Dom Alcuin Reid celebrates sacred liturgy's participatory call
KELLER — One attendee of Dom Alcuin Reid's Nov. 20 appearance at Keller's St. Elizabeth Ann Seton Church summed up Reid's presentation as “an important reminder of what we need to be doing.”
Dom Reid, a liturgical scholar and Benedictine monk, is the founding prior of the Monastere Saint-Benoit in the Diocese of Frejus-Toulon, France. Reid, during several Texas stops, discussed praying the sacred liturgy. The title “dom” is traditionally applied to monks of the Benedictine and Cistercian orders.
Delivering the homily during Mass before his presentation, Reid stressed the “crucial necessity” of acting post haste upon the opportunities God gives.
“Not tomorrow, and not never,” Reid said. “For that is what's expected of us. Nothing less. Let us take these opportunities to advance the Kingdom of God.”
Sacred liturgy, Reid explained, is the “official public ritual worship of the Church, the summit toward which the activity of the Church is directed and the font from which all her power flows.”
Pope St. Pius X, during the Second Vatican Council, declared participation in the liturgy primary and indispensable.”
“Primary and indispensable are strong words,” Reid said. “They admit of little exception. They underline the fact that if we want to imbibe the true Christian spirit, a conscious and real engagement in the liturgical rites is simply not an option. Rather, it is a necessity.”
Liturgy includes the rites of all the Church's sacraments and more, Reid said. It is also important to note the Catholic liturgy celebrated is that of the Church, as opposed to one from a particular parish or community. Engaging in the latter — “liturgy lite” as Reid calls it — brings risk of “spiritual malnutrition of Christ's faithful and diseasing the Body of Christ.”
Liturgy, though it has its own language, is not merely words, Reid said. Active participation is required.
“In our word-saturated society we have, perhaps, forgotten that the liturgy is primarily an action, not a discourse,” Reid said. “For it is not really what is said in a liturgical rite that is important; rather, it is what is done that is crucial.”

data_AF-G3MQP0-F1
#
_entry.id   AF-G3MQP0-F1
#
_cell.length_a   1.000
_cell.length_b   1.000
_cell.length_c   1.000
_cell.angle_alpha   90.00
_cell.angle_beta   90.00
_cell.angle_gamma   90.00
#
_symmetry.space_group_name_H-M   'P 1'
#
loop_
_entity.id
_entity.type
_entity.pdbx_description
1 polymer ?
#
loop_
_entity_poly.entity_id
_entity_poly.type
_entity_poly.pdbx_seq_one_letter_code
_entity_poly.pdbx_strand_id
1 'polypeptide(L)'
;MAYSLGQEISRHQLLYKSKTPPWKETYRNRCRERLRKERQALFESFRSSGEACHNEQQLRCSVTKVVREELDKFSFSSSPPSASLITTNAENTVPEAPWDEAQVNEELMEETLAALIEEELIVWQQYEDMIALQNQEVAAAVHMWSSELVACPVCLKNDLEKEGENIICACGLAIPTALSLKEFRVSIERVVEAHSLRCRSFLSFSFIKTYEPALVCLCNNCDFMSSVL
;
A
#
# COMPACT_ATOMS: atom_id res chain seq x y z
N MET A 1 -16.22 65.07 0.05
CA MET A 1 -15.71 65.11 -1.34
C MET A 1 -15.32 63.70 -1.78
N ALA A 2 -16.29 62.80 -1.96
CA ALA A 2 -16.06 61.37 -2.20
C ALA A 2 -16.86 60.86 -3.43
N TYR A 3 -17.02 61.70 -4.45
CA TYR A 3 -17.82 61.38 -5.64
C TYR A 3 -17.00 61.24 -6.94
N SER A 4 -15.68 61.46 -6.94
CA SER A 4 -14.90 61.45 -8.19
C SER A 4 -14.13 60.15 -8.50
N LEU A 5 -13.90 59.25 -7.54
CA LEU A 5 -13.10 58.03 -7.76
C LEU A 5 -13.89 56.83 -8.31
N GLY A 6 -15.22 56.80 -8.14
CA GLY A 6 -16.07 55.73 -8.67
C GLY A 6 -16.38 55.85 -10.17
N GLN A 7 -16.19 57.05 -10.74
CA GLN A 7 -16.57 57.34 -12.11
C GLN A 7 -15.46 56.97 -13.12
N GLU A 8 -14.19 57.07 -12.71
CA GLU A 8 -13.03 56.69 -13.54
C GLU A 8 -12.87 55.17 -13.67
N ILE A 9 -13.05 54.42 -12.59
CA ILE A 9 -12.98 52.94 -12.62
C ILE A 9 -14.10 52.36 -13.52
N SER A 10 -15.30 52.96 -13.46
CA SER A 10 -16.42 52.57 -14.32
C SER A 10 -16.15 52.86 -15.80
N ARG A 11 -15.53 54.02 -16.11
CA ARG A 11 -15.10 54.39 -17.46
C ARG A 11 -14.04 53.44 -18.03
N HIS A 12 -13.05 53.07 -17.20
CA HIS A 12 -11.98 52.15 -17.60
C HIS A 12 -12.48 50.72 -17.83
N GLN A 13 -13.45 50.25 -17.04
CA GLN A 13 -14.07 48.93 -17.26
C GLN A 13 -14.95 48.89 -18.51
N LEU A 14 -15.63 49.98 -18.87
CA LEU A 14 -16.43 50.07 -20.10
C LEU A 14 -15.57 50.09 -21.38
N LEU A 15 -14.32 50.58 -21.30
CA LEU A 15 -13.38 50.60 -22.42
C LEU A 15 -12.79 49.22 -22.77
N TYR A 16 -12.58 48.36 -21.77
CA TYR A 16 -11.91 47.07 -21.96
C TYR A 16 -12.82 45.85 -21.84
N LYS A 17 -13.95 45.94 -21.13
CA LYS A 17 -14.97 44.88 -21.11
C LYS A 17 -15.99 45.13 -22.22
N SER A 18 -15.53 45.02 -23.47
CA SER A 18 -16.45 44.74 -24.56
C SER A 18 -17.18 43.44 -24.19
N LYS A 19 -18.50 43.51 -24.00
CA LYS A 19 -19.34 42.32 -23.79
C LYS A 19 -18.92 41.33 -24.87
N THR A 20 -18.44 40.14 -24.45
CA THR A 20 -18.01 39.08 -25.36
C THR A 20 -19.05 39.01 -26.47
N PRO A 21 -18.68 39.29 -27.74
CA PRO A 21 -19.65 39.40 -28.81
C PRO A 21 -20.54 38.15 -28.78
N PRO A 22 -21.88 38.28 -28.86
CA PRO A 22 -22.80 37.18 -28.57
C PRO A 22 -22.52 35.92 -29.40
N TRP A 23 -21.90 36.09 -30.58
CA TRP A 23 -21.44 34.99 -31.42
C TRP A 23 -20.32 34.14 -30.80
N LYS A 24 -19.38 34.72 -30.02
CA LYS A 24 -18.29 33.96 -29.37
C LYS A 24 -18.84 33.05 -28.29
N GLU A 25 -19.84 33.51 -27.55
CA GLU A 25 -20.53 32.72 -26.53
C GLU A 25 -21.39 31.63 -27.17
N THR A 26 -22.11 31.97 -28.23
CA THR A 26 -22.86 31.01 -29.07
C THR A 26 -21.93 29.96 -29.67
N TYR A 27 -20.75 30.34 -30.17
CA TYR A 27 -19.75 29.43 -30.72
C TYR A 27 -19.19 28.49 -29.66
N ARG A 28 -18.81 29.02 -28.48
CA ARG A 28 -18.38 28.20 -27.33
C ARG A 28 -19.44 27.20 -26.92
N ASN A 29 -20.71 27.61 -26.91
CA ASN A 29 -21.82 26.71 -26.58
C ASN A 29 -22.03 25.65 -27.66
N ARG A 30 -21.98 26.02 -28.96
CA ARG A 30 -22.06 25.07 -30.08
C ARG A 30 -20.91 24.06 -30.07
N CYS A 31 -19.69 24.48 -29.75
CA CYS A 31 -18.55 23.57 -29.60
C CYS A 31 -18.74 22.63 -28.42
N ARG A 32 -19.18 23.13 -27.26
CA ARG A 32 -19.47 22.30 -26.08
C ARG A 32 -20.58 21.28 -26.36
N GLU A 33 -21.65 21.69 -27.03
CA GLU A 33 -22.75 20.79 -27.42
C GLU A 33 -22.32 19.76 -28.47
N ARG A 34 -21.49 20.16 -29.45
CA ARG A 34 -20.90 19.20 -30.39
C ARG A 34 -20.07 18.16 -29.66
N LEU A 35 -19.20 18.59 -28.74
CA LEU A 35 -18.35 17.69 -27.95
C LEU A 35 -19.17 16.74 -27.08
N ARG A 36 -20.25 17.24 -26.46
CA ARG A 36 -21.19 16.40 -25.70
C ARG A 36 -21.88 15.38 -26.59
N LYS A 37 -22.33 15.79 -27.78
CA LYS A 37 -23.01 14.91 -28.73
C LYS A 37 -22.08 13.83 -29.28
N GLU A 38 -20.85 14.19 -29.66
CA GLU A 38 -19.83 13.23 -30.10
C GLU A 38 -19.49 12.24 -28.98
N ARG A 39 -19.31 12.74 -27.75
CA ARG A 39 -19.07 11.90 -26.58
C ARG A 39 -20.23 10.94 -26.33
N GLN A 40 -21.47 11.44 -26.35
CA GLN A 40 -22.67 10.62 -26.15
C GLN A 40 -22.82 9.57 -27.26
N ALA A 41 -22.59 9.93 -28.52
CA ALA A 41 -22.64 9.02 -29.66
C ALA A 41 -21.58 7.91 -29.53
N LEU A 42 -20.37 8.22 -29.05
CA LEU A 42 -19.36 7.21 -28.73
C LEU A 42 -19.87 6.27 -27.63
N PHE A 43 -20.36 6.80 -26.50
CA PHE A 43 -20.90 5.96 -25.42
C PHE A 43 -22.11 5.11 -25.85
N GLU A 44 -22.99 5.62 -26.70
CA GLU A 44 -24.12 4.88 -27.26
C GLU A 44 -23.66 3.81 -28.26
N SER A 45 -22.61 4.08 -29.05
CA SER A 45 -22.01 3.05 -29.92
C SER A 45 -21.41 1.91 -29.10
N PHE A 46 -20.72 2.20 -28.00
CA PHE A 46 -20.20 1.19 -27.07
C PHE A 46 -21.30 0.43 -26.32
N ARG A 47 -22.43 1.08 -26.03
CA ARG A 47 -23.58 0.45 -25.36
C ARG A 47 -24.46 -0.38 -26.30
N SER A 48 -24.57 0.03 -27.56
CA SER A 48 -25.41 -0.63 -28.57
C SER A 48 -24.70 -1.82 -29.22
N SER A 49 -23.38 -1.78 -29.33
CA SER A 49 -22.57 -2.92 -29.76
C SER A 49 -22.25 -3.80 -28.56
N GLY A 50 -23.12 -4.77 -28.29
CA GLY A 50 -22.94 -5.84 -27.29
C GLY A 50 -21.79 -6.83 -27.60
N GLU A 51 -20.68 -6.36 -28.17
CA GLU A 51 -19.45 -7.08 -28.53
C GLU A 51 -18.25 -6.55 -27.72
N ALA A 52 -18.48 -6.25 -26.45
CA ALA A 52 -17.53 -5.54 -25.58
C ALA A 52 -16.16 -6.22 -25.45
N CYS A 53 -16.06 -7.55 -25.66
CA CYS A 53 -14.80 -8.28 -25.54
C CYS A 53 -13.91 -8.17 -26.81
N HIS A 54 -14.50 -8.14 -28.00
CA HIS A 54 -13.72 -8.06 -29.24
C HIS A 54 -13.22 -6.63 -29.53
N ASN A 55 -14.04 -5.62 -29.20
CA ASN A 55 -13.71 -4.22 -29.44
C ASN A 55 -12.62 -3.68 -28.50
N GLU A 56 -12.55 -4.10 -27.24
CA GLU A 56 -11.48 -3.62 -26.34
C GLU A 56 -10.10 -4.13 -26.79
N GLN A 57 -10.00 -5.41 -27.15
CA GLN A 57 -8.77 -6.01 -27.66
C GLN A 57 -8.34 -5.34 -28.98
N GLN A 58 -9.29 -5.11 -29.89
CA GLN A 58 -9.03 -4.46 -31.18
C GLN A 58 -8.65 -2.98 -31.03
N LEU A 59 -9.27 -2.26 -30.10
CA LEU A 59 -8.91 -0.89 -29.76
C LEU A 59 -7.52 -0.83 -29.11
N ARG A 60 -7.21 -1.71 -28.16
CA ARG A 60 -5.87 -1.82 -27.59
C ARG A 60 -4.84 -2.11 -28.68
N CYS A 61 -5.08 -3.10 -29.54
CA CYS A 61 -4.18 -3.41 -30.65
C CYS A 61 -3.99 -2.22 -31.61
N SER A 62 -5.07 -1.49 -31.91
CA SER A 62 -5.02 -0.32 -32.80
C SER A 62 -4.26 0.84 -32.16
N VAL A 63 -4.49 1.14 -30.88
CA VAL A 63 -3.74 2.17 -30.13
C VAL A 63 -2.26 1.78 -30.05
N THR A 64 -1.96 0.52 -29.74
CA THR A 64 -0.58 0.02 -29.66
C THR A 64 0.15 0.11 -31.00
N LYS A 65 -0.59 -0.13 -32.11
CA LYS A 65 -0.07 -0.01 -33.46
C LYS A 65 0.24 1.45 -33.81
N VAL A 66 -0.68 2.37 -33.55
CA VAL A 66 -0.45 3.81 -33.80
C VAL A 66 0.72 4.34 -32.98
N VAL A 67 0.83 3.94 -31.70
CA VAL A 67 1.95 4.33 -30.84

What occurs in the liturgy is done by Christ, not us, Reid said, although we, by right of our Baptism, are able to participate.
“It is what is done by Almighty God that matters,” Reid said. “Something happens in the liturgy which is not of our making. The liturgy is first and foremost Christ acting in the world today through the rites of His Church. Because of this, through this, we are able to share in His saving acts. In short, the sacred liturgy is Christ's saving action in our world today.”
Christian life suffers when the faithful are passive, disengaged, or “looking more at our watches than toward God,” rather than consciously engaging in the liturgy, Reid said.
Praying the liturgy requires preparation, participation, and prayerful contemplation, Reid said.
“At some stage before the celebration of a liturgical rite take some quality time to focus on what is about to happen,” Reid said of preparation.
Participation involves commitment, he said. “Our minds and hearts must be utterly immersed in and engaged with what is happening so that our souls and our bodies can delight in and be strengthened by the refreshment and nourishment that is set before us.”
Subsequent contemplation helps ensure that what occurred is not left behind once we exit the church.
“[Someone] should be able to take something away that will help them ponder, to think about and to nourish their Christian faith and life,” Reid said. “This is the process of the digestion of the riches of which [one has] partaken in the liturgical feast.”
Those steps resonated with St. Elizabeth Ann Seton parishioner Buddy Cressionnie. “Because sometimes in our daily lives we get caught up and get too busy.
“And he talked about how it's an action,” Cressionnie said. “[Liturgy is] not just something where we go to be entertained.”
Cressionnie's wife, Elaine Cressionnie, agreed.
“We're not here to be passive, but to participate,” she said. “That's the piece that I often overlook.”
St. Elizabeth Music Director Oneyda Padierna, who has visited Reid's monastery in France, played a role in Reid's Texas visit.
“People are hungry here and we need these kind of liturgical talks,” Padierna said. “We need to fall in love with liturgy.”
Reid said the receptiveness and vibrant parish communities he encountered in Texas thrilled him.
Reid is also raising donations for restoration of the monastery, an “ancient set of buildings” — including an 11th century Romanesque chapel — buildings which were in Church use until the French Revolution.